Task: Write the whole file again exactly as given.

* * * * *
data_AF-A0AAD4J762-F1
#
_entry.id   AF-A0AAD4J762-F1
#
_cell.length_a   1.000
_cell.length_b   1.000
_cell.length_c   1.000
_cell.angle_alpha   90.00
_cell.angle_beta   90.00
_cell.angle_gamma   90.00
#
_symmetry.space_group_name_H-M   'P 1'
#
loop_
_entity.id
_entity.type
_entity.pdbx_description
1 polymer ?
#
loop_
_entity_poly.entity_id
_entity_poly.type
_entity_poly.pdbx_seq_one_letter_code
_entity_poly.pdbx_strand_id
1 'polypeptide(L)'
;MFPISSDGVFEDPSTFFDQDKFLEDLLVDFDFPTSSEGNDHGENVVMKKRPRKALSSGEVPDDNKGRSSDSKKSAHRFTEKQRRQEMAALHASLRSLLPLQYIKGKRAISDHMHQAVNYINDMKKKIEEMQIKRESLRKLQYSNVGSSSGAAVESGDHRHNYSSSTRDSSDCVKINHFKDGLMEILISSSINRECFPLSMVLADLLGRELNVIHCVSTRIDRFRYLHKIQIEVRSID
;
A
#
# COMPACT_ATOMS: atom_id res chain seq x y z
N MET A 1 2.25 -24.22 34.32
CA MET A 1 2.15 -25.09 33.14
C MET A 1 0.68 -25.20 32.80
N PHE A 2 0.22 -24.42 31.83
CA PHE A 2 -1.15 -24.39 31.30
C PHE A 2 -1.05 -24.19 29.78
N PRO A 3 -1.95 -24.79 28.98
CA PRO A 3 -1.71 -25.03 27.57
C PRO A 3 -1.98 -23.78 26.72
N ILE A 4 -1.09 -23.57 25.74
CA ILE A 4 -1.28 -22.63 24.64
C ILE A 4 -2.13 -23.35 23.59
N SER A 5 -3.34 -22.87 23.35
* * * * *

data_AF-A0AAD4J762-F1
#
_entry.id   AF-A0AAD4J762-F1
#
_cell.length_a   1.000
_cell.length_b   1.000
_cell.length_c   1.000
_cell.angle_alpha   90.00
_cell.angle_beta   90.00
_cell.angle_gamma   90.00
#
_symmetry.space_group_name_H-M   'P 1'
#
loop_
_entity.id
_entity.type
_entity.pdbx_description
1 polymer ?
#
loop_
_entity_poly.entity_id
_entity_poly.type
_entity_poly.pdbx_seq_one_letter_code
_entity_poly.pdbx_strand_id
1 'polypeptide(L)'
;MFPISSDGVFEDPSTFFDQDKFLEDLLVDFDFPTSSEGNDHGENVVMKKRPRKALSSGEVPDDNKGRSSDSKKSAHRFTEKQRRQEMAALHASLRSLLPLQYIKGKRAISDHMHQAVNYINDMKKKIEEMQIKRESLRKLQYSNVGSSSGAAVESGDHRHNYSSSTRDSSDCVKINHFKDGLMEILISSSINRECFPLSMVLADLLGRELNVIHCVSTRIDRFRYLHKIQIEVRSID
;
A
#
# COMPACT_ATOMS: atom_id res chain seq x y z
N MET A 1 2.25 -24.22 34.32
CA MET A 1 2.15 -25.09 33.14
C MET A 1 0.68 -25.20 32.80
N PHE A 2 0.22 -24.42 31.83
CA PHE A 2 -1.15 -24.39 31.30
C PHE A 2 -1.05 -24.19 29.78
N PRO A 3 -1.95 -24.79 28.98
CA PRO A 3 -1.71 -25.03 27.57
C PRO A 3 -1.98 -23.78 26.72
N ILE A 4 -1.09 -23.57 25.74
CA ILE A 4 -1.28 -22.63 24.64
C ILE A 4 -2.13 -23.35 23.59
N SER A 5 -3.34 -22.87 23.35